I read the article on “broken homes” and Amanda Levete’s article (22 January, page 20 and page 22) and neither discussed one of the main reasons why we should deliver better homes and workplaces

As costs in the NHS are rising, we should be looking at ways to try and reduce it, and one way is to ensure that the social housing stock is correctly maintained. Damp can lead to bronchial infections that require medical attention. If we remove this damp we will go one short step to reducing the burden on the NHS. Poorly maintained homes can also lead to conditions such as stress and depression.

Perhaps we need a team made up of sectors of the community such as GPs, engineers, tenants and architects to guide us in the delivery of better homes. Then maybe we should stop looking for pretty buildings that stand out from the rest and turn our thoughts to good strong robust buildings that will stand the test of time. Cabe refers to such designs in their document “No more toxic assets”, when they point us in the direction of Georgian, Victorian and Edwardian terraces. Perhaps we should take the principle of the design of these homes and use it to develop landmark buildings that deliver a real cost saving to the landlord and tenant while at the same time improving the health and wellbeing of the community.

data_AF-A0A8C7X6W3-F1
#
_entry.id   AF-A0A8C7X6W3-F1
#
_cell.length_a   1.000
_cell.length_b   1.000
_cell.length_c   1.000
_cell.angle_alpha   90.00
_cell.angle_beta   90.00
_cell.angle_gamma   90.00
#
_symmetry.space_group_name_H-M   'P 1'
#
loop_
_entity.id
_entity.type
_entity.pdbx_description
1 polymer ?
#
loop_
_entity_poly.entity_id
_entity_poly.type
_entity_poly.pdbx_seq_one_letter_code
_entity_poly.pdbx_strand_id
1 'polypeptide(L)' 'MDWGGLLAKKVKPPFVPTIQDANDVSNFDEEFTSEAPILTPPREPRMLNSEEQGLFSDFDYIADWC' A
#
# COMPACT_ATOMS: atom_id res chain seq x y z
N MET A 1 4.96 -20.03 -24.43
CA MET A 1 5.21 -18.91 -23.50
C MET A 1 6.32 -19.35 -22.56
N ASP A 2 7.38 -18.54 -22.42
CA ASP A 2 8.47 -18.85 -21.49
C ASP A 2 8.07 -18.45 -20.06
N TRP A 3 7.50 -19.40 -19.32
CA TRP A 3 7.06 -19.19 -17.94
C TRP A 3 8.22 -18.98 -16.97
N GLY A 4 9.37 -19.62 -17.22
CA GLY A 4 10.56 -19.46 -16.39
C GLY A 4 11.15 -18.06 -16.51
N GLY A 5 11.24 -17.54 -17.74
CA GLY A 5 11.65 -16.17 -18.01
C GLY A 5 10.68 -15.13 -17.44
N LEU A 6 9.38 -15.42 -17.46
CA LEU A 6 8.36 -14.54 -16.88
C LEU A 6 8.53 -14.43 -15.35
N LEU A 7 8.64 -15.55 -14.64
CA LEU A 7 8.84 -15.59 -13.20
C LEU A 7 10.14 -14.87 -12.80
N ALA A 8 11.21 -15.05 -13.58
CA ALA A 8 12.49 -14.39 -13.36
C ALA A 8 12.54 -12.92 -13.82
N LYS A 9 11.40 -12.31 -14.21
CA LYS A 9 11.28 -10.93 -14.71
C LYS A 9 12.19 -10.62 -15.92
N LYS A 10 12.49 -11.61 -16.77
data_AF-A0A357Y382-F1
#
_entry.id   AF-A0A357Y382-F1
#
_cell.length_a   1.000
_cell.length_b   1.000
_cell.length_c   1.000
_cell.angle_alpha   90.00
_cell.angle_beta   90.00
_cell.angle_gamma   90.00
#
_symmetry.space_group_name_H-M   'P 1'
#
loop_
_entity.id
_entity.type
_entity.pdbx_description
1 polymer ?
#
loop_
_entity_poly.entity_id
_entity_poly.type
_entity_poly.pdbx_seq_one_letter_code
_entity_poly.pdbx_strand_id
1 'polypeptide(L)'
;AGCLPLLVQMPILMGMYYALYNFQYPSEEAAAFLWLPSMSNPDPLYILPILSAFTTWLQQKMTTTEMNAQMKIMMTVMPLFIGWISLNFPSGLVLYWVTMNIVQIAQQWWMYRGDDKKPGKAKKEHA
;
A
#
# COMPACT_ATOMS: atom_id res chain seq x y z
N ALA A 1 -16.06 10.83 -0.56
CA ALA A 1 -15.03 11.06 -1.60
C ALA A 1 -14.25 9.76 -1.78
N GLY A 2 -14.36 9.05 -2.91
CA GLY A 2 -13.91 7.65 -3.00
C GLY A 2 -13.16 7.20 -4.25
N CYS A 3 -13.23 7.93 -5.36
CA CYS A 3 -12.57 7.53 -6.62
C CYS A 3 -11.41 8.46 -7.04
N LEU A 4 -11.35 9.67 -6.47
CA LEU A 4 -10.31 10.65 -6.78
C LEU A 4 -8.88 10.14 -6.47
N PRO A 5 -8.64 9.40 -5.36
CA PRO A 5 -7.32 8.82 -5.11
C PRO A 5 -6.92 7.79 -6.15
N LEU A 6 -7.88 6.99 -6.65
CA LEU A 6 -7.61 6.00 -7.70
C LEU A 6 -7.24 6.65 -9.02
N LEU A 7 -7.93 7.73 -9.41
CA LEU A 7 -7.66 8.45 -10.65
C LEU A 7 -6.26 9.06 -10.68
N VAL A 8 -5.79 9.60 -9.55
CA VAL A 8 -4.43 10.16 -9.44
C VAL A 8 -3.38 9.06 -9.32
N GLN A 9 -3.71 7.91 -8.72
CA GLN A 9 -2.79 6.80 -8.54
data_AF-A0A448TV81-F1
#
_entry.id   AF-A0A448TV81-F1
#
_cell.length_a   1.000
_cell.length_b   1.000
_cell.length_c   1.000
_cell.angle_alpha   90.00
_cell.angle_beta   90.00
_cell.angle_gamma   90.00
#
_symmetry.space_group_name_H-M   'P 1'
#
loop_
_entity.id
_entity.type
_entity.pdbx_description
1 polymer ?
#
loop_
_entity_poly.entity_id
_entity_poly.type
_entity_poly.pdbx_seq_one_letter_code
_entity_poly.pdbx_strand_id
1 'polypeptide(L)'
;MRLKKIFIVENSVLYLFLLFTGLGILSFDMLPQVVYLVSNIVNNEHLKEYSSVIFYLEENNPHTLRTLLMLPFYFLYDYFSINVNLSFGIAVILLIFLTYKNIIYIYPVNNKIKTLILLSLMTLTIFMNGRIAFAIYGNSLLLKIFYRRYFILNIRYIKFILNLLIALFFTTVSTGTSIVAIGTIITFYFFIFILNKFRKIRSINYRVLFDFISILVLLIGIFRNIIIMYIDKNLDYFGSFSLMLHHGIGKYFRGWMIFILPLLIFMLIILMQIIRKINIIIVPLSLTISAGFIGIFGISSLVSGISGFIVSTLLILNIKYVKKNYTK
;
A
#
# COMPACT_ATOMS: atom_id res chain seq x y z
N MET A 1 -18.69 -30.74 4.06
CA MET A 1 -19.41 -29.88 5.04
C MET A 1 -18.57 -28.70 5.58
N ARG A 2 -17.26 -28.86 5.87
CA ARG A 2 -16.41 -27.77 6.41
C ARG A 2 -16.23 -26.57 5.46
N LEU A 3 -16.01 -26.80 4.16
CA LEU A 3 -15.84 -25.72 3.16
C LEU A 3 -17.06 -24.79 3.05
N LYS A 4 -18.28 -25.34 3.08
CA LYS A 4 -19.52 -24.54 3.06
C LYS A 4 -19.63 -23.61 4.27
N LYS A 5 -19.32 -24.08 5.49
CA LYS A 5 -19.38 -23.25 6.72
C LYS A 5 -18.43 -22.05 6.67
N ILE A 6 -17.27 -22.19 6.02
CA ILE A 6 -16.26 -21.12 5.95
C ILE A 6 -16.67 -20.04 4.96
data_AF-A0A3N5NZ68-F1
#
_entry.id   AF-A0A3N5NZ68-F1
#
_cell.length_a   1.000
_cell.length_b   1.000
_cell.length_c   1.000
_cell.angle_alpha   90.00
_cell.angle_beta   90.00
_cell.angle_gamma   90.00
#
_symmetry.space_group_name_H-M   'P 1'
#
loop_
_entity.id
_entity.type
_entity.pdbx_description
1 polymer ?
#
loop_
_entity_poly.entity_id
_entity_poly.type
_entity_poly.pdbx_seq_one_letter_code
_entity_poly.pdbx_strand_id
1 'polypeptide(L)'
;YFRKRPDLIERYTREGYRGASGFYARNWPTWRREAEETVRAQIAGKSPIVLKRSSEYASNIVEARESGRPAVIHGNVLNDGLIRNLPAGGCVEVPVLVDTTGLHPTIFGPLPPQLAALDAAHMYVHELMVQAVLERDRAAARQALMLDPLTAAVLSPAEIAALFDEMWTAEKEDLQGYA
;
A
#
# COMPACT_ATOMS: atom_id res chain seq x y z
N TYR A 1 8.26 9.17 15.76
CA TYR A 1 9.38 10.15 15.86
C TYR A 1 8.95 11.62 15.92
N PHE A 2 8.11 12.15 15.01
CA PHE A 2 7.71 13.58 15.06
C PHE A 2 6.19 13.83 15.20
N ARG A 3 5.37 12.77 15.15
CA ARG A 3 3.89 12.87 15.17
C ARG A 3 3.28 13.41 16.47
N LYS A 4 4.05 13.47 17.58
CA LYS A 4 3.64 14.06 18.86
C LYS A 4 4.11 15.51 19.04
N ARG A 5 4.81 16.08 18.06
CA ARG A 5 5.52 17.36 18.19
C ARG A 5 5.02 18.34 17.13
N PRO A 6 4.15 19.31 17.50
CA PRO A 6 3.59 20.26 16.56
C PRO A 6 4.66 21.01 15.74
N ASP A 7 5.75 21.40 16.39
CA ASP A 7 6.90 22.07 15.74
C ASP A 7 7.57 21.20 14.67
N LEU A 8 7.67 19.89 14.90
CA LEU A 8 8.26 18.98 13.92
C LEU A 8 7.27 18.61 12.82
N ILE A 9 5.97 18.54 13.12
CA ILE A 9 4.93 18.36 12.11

John Gilmore